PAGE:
Reusable Pads — Better for the Planet, and For You

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Our bodies have always menstruated, but we haven't always created so much waste with our cycle. Prior to disposable pads and tampons, women used cloth rags to catch their menses and then washed and reused them. While modern menstruation has brought with it plenty of convenience, unfortunately, disposable pads and tampons create an incredible amount of waste.

In 2015, after reading The Zero Waste Home by Bea Johnson, I made the switch to using cloth menstrual pads. Johnson opened my eyes to the horrors of garbage, and with how much vigor Americans produce it — about 4.5lbs of trash per person per day. The trash we produce simply can’t be ignored, even though we may try. It clogs up our landfills and leaks methane gas and carbon into the atmosphere, increasing the greenhouse gas effect that causes climate change. Equipped with this knowledge, I have chosen to make small adjustments in my life that I know make a difference.

I want to take a moment to acknowledge that disposable options aren’t always been a bad thing. In many communities or cultures in which there is a lack of access to pads and tampons, women may miss out on vital education or social activities while they menstruate. In this case, certainly the use of disposable pads is vital to women thriving. Knowing this, I certainly don’t admonish disposable pads. However, in the United States and other western nations, many women have access to additional options — options that both support our health health and decrease environmental harm. I recognized the privilege I have to choose something different and feel a sense of duty when making that choice.

I began by using Gladrags pads a few years ago, and it was an enlightening journey. My friends and roommates were foreign to the idea that a woman could use reusable pads, and so I had a lot of explaining, and educating, to do.

Here are the main questions I received about reusable pads:

Q: Is it gross to wash your own pads?

A: Nope! It’s just a matter of getting used to it. I hand rinse my pads at the end of the day and soak them in water. When I have gathered enough to run a small load in the washing machine I do so. You can also just hand wash them after each use, then hang them to dry. I’ve actually found that it feels good to have a deeper involvement with my cycle by having to wash my pads. It makes me feel more connected to my body and my cycle.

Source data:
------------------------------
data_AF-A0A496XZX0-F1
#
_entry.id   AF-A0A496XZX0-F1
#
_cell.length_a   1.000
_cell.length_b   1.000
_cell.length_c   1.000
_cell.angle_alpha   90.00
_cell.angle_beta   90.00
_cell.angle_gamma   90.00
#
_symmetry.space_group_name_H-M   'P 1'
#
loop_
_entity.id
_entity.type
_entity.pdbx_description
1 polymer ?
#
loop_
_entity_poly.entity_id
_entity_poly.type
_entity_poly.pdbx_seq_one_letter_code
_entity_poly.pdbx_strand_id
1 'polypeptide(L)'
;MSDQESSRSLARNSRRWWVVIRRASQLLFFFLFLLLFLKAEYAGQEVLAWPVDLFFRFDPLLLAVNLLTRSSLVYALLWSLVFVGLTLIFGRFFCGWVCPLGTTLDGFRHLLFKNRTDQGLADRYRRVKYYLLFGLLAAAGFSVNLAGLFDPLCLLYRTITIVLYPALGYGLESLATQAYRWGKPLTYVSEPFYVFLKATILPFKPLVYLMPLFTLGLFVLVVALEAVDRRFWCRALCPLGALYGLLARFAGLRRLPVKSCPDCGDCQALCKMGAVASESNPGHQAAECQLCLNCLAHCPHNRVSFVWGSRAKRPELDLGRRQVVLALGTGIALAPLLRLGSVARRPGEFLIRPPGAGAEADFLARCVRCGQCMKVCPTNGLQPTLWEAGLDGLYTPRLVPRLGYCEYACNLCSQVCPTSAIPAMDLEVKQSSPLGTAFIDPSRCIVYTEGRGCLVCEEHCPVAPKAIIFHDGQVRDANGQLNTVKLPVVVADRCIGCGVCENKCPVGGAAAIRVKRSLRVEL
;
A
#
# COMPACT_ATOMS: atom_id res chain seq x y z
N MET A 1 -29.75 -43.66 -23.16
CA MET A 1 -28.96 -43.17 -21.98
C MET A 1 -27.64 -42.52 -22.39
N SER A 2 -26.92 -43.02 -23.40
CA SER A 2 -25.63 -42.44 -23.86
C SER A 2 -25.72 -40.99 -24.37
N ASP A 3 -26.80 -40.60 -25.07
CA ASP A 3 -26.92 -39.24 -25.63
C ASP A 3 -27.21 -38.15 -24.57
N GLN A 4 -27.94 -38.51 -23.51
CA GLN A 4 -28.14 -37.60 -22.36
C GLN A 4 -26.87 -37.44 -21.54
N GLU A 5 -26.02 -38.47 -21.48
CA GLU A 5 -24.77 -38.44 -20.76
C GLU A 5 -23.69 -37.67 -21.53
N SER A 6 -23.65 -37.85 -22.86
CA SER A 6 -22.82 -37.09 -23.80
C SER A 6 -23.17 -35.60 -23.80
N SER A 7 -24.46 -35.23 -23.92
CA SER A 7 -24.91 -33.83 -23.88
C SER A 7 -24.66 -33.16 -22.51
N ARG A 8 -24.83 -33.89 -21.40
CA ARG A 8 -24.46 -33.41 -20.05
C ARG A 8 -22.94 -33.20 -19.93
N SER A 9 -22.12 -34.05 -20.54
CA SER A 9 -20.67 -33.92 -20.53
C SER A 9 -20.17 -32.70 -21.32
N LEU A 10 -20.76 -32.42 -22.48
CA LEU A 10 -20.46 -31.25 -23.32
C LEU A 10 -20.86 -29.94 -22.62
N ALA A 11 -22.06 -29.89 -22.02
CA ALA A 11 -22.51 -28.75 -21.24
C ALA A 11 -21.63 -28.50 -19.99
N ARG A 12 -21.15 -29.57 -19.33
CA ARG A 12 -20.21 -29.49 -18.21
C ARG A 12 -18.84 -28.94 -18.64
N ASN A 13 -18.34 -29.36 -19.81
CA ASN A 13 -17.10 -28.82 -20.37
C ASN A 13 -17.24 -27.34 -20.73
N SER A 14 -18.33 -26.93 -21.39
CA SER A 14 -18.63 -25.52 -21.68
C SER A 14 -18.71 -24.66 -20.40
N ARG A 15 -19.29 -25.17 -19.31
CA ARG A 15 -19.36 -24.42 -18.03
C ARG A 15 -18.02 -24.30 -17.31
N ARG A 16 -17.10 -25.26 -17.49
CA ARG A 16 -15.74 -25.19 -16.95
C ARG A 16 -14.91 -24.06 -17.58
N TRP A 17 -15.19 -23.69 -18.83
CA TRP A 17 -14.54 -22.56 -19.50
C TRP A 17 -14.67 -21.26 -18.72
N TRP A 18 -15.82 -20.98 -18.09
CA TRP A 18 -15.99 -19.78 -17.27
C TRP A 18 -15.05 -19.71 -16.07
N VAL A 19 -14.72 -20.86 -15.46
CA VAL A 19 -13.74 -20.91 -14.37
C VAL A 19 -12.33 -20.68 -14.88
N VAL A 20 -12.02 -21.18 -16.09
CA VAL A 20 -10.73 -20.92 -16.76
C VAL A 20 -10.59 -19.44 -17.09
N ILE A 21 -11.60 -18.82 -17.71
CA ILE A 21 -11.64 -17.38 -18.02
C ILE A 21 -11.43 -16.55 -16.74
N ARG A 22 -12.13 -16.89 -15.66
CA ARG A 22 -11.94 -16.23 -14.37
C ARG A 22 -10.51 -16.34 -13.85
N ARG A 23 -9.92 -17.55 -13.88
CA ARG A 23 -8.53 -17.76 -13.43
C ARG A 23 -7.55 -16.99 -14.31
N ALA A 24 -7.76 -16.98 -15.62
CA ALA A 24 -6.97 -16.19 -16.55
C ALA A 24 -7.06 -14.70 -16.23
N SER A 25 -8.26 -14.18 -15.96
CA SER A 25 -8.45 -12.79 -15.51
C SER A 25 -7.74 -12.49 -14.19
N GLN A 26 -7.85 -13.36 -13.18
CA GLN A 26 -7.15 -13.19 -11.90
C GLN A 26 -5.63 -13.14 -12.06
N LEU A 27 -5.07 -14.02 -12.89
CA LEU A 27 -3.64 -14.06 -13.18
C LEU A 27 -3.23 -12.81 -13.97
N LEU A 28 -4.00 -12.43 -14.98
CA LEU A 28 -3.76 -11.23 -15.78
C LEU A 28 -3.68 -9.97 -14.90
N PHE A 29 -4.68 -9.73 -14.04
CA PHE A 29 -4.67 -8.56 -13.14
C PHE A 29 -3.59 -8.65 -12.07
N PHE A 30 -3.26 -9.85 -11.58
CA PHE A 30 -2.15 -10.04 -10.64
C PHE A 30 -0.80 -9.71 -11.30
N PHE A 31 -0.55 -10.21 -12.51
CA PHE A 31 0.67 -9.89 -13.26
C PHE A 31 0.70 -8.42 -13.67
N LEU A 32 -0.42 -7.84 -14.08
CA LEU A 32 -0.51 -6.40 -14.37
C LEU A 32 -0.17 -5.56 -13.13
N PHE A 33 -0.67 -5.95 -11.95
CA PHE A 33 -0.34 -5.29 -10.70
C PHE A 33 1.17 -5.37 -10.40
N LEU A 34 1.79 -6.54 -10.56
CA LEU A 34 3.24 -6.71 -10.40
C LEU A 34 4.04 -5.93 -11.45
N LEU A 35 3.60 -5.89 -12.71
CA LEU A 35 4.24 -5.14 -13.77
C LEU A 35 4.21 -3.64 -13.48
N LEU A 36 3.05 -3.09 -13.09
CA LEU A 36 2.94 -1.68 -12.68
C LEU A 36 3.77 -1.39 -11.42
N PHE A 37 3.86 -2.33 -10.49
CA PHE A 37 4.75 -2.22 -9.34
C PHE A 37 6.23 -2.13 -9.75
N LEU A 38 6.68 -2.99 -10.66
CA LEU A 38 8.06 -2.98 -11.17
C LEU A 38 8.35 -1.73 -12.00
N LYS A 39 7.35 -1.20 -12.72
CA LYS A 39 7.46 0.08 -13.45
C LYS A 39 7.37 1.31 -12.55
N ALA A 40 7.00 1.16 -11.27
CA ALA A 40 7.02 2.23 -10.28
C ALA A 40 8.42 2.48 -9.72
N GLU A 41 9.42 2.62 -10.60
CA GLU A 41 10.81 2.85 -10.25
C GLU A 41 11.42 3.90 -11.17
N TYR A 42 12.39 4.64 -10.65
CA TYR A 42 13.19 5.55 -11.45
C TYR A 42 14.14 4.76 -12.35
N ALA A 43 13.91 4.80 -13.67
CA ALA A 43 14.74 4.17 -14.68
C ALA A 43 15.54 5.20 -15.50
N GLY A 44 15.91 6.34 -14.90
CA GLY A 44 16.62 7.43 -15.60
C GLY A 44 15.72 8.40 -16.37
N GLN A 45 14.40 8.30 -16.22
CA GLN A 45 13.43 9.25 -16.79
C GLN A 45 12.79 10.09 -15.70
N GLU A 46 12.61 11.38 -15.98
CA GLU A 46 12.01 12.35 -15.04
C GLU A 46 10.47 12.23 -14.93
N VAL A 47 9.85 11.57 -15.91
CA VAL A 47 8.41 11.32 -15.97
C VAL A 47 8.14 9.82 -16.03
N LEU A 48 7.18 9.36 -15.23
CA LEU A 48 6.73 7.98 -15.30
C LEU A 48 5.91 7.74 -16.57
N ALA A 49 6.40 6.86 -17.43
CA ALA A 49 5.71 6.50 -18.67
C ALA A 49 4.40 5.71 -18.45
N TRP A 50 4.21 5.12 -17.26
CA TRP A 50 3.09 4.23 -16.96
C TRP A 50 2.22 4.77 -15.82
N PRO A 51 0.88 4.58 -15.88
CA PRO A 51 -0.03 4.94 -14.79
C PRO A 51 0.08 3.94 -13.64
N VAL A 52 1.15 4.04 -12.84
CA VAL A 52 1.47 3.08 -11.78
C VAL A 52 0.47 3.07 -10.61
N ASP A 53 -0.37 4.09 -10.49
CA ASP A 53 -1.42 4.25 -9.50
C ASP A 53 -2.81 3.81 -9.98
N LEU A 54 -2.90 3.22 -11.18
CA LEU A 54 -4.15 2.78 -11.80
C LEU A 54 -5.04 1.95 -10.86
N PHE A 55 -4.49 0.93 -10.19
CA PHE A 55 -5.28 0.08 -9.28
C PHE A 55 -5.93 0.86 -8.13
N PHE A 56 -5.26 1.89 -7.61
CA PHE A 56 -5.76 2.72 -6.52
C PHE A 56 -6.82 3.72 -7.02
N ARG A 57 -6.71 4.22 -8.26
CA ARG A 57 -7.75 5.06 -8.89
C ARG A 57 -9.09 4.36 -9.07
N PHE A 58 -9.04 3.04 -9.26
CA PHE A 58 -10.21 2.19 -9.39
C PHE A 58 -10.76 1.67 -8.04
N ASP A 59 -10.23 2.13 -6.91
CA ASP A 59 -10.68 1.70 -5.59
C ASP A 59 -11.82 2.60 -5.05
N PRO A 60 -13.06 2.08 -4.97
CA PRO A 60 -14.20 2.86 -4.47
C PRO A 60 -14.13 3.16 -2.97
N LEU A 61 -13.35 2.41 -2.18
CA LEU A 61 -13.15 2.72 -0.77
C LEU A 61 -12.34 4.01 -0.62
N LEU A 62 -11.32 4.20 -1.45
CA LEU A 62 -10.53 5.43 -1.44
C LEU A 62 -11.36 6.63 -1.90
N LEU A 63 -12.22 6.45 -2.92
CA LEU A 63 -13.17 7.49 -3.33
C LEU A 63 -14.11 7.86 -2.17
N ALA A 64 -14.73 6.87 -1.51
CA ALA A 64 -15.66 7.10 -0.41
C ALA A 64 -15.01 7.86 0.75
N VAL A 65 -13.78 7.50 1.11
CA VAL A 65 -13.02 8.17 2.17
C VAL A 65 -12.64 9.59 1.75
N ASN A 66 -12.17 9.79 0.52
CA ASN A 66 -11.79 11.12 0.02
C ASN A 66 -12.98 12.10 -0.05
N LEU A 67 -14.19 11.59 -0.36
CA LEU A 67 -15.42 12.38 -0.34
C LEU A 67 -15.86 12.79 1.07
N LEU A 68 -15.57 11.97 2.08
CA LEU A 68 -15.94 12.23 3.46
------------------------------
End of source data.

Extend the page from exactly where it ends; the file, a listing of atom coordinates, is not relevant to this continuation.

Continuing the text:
Q: How do you change your disposable pads while you’re out in public?

A: I was so used to throwing things away (pads especially) after one use, and breaking that status quo felt quite odd for a while. It was an adjustment to carry them with me after use. I usually take a small brown paper bag from the public restroom — you can grab one out of most bathrooms sanitary napkin disposal area, as they often have extras. I keep that in my bag throughout the day and put my used pad in there. I also find that because the cloth is thicker I usually only need to change it twice on my heavy days, so it’s really not a big deal.

Q: How do you explain to other people why you use reusable pads?

A: You actually don’t have to explain yourself to anyone if you don’t want to. If you are asked about it or would like to share, choose which value you’d like to speak to. I often talk both about avoiding chemicals on my body and the importance of reducing waste.

If you choose to make the switch, you can start slowly, as I did. Just try incorporating a reusable panty liner every now and again. As you become more used to the idea, you can incorporate more pads and even try other products like period underwear (check out Thinx!), or a menstrual cup. All of these options help reduce trash and help us avoid putting chemicals on our skin, our largest organ.

The most exciting part for me about learning more about reusable pads was the sense of empowerment I feel when I take my menstrual health into my own hands. Using cloth pads makes me feel connected to my cycle, as I have to pay more attention to my body. Over time, I have felt less shame about the choice to use cloth pads, and less shame talking about my menstrual cycle in general. It seems to me the gift of this switch, beyond the environmental impact, is that it allows me to love myself and my body more deeply.

Brooke Lorimer is the founder of A Simple Alternative, a Virtual Assisting company that supports female entrepreneurs in reclaiming their time and bringing their bright ideas to life. She believes in using our values as a guide map for our life work and is passionate about women taking up space in the world.